On August 4, the Department of Health and Human Services (HHS) released an Advanced Notice of Proposed Rule Making (ANPRM) on metadata standards to support a nationwide electronic health information exchange. Section 3001 of the Health Information Technology for Economic and Clinical Health (HITECH) Act provides for the Office of the National Coordinator for Health Information Technology to develop a nationwide health information technology infrastructure including standards for metadata. The HIT Policy Committee suggested steps earlier this year to achieve the vision of the infrastructure contemplated under HITECH. A first step is the establishment of a minimal set of standards for metadata that could be attached to a patient summary care record. The purpose of the ANPRM is to solicit broad public comment on the proposed metadata standards.
What is “metadata”? Metadata is commonly referred to as “data about data” or “data that provides more information or detail about a piece of data.” For example, metadata can tell you when a piece of data was created, accessed, modified and by whom. The ANPRM divides the metadata standards into three categories: 1) patient identity, or data elements about the patient; 2) provenance, or data elements about the source of the clinical data; and 3) privacy, or data elements about the types and sensitivity of the clinical data. The ANPRM sets forth proposed standards for each of these categories. Overall, HHS recommends that the HL7 CDA R2 requirements be adopted for all three categories in order to provide the widest coverage across the metadata elements. However, it does recognize that there are limitations to these standards in each category.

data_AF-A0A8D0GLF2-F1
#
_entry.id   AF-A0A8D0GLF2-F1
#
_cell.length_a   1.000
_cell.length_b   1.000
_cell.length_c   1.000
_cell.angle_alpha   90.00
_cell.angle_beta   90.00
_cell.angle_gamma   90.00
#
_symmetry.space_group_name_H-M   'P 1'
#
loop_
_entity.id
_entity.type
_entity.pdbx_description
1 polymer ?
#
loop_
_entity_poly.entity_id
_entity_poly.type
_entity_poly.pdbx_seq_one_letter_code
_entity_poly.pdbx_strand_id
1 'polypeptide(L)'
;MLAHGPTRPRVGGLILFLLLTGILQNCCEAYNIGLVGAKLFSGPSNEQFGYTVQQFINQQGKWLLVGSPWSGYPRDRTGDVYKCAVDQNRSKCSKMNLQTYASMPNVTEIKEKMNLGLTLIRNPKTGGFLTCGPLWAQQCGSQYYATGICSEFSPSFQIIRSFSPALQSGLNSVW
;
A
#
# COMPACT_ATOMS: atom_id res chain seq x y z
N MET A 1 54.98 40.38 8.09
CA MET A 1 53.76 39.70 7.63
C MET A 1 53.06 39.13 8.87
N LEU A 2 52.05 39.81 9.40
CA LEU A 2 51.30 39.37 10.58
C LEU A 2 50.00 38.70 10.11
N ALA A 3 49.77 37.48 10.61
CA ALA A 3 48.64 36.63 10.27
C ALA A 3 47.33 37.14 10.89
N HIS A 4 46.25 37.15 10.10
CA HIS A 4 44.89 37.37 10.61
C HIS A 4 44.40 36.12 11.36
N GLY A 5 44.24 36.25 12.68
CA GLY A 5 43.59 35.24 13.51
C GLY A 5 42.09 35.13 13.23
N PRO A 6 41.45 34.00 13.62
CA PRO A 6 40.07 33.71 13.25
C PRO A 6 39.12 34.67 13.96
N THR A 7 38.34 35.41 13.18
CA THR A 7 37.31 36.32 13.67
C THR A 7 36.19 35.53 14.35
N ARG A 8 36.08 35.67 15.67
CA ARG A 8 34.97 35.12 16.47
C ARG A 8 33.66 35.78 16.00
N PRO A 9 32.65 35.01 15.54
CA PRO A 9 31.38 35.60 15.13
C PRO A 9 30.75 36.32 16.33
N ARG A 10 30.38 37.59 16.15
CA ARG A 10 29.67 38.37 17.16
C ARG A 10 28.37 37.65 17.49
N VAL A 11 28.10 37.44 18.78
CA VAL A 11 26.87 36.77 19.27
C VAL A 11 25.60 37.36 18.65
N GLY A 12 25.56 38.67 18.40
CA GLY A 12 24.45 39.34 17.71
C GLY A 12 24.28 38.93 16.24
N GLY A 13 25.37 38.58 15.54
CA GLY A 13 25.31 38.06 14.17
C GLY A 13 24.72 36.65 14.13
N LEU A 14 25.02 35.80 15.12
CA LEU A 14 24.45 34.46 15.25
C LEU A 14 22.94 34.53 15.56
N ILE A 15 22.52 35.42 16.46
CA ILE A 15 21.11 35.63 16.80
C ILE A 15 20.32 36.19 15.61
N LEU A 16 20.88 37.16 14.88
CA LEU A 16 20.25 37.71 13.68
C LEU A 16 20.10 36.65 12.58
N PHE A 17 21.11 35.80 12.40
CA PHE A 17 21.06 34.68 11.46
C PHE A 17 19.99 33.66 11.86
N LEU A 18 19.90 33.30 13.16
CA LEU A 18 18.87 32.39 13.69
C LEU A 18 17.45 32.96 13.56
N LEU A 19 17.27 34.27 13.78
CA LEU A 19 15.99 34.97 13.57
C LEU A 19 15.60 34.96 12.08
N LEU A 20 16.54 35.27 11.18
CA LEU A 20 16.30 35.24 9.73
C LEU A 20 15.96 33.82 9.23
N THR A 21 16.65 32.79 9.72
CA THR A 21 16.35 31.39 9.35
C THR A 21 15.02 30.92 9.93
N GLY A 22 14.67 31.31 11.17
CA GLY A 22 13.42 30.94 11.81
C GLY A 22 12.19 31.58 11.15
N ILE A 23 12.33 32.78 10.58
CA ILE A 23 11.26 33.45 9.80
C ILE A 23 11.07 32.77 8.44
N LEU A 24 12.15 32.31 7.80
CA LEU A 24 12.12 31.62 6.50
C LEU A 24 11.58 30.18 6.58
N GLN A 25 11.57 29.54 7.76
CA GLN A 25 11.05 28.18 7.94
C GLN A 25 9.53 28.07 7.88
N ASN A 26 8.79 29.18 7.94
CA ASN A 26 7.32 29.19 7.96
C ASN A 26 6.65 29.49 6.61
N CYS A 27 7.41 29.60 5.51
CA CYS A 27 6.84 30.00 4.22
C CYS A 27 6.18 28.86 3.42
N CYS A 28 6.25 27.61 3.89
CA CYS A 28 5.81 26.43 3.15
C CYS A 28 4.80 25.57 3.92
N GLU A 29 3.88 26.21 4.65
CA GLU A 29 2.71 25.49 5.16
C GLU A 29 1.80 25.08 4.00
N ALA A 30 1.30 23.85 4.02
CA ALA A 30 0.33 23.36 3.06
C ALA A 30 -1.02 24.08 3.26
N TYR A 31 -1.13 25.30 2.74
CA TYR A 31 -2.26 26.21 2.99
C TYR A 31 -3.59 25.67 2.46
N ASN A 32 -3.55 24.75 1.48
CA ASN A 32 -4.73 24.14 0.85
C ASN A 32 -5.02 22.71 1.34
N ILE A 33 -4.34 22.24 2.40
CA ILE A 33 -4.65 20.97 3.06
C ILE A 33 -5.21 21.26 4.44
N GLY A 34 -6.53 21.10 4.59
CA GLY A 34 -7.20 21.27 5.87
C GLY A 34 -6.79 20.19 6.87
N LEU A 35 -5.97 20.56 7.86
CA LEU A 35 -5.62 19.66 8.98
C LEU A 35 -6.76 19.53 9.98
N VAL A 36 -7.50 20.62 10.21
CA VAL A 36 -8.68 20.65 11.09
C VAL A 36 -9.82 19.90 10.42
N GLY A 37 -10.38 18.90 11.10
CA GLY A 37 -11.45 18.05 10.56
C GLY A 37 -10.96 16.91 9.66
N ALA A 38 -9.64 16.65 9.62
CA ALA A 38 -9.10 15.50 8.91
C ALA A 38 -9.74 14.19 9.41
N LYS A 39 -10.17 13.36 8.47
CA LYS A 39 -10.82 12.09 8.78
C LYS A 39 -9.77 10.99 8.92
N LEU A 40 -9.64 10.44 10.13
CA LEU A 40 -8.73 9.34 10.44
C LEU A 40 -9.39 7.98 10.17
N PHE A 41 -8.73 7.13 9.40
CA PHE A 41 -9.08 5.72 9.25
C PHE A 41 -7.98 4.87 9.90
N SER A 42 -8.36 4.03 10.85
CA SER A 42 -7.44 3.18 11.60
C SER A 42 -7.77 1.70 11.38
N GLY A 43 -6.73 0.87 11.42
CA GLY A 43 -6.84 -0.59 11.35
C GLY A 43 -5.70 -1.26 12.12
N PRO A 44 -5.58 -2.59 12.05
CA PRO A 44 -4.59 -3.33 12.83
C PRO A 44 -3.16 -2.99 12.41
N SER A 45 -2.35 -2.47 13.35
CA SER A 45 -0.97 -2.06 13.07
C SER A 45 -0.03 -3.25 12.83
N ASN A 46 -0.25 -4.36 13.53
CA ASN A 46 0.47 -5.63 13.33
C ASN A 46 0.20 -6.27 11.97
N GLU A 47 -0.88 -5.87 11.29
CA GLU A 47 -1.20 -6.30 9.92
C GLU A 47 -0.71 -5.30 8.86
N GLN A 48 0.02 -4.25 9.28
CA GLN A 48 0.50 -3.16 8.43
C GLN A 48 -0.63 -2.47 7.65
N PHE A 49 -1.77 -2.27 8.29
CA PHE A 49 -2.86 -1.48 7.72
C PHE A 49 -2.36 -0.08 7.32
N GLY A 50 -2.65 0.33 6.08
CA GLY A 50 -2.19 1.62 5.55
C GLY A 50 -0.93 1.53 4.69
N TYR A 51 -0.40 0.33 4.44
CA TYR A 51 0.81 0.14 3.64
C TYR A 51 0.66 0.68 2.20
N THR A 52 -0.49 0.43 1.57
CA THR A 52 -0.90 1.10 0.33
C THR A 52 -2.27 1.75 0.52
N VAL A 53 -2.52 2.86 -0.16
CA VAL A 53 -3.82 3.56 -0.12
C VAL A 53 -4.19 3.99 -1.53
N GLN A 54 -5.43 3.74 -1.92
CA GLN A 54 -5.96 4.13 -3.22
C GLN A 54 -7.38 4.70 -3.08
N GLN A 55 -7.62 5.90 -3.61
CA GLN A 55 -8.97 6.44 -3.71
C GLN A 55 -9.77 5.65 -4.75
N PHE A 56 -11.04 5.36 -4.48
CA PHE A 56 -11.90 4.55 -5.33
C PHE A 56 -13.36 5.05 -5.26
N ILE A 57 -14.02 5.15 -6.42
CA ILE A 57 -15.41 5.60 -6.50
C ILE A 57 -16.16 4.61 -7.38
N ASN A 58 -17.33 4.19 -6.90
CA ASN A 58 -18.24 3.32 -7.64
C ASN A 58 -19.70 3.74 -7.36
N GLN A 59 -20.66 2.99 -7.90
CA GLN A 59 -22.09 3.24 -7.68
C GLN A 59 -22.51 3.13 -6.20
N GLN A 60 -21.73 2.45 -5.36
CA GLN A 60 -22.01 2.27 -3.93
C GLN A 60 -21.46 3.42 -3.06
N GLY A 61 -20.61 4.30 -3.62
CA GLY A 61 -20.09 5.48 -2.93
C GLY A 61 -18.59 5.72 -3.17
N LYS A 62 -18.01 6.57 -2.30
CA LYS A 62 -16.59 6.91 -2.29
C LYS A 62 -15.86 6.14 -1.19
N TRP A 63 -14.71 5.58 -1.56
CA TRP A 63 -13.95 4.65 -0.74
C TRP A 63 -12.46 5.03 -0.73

Proposed Metadata Standards
Impact to Healthcare Providers
The initial impact of the standards will be on electronic health record vendors to develop the technology allowing providers to comply with the proposed metadata standards. After development, providers will then need to upgrade their EHR to comply with the HITECH standards for metadata. Those providers who have a more customized EHR may find themselves having to standardize certain forms to meet the metadata standards. Providers will need to have internal privacy policies in place and aggressive policy revisions as new regulations are proposed, to accommodate the policy pointer element. Staff training and education on the existence and anticipated use of the metadata elements will also be needed. Collaboration between healthcare IT and privacy professionals is imperative for implementation of the privacy metadata elements. HHS expects that once the EHR technology is able to apply the metadata standards, healthcare providers will develop innovative ways to use the capability, such as appropriately filtering data prior to making any disclosure for additional privacy/security protection and processing information for quality improvement and quality measurement.